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Wi-Fi networks could get a lot less crowded soon under a proposal set to be approved later this month by federal regulators that would provide more airwaves for wireless devices.

Federal Communications Commission Chairman Tom Wheeler has proposed changing some technical standards on some airwaves currently used by satellite phone provider Globalstar so they can also be used by unlicensed Wi-Fi devices. The agency is expected to approve the plan at a March 31 meeting.

The agency began looking at using those airwaves for Wi-Fi last year as part of a broader review of how it could free up more spectrum for unlicensed use.

The proposal took a step forward last week when Globalstar reported reaching an agreement with the cable industry over technical standards that would allow its satellite phone service to coexist with Wi-Fi antennas in the 5 GHz band. Cable companies operate Wi-Fi networks on nearby airwaves and had pressed the FCC to open up the Globalstar spectrum for broader use.

The change would allow the FCC to “effectively double unlicensed bandwidth in the 5 GHz band overnight. That will mean more unlicensed service — and less congestion on licensed wireless networks. That’s win-win,” FCC Commissioner Jessica Rosenworcel said Friday at an event sponsored by WifiForward, an industry group funded by Comcast, Google, Microsoft and other tech and cable companies. She made similar comments in a recent editorial published at Re/code.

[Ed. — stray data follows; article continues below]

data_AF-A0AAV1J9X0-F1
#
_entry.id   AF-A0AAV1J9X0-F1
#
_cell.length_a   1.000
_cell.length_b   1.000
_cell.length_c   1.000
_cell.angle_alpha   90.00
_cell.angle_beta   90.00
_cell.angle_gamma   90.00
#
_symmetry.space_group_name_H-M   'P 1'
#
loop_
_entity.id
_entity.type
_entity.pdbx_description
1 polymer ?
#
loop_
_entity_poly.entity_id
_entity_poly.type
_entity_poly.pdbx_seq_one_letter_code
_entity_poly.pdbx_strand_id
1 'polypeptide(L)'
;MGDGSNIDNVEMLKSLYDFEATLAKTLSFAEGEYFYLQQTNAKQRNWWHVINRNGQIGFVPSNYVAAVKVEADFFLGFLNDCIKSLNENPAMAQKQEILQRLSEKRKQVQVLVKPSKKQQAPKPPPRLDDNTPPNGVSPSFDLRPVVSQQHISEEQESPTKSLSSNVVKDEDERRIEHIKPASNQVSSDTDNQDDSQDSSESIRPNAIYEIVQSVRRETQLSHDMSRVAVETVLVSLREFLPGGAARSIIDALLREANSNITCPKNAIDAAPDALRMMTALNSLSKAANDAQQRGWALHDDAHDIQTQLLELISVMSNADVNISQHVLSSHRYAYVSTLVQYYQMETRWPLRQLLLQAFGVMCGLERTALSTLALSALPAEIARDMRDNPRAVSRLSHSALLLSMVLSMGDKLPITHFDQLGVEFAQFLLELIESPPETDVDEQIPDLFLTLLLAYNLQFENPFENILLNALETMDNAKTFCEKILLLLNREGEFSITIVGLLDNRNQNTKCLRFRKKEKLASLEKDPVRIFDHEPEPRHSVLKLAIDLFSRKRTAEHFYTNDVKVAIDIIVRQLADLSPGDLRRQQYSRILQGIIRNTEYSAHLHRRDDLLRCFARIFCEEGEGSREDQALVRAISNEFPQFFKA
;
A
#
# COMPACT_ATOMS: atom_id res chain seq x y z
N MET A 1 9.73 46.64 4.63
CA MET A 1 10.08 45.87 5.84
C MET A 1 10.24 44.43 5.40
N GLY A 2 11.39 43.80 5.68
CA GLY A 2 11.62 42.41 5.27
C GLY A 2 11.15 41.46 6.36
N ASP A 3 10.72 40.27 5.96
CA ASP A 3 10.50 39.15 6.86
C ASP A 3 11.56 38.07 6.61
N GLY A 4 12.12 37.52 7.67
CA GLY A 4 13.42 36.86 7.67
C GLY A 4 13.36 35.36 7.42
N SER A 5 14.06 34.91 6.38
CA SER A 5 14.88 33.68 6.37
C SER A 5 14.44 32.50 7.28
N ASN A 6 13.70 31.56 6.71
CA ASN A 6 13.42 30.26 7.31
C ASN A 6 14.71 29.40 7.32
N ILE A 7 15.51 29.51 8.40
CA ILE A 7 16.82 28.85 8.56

Comcast owns NBCUniversal, which is an investor in Re/code.

Although the agency is set to move forward on Globalstar’s 100 MHz swath of airwaves, FCC officials are still trying to figure out what to do with two other nearby chunks of frequencies that could be used for Wi-Fi networks.

Some of those airwaves were set aside for use by car companies for wireless systems years ago, but those technologies are only now starting to get off the ground. The National Highway Traffic Safety Administration recently announced plans to look at crafting safety rules for car-to-car communications.

Car companies are unhappy that the FCC is looking at opening up those airwaves for use by Wi-Fi devices and are already voicing concerns about how sharing those airwaves could result in interference and potential car crashes.



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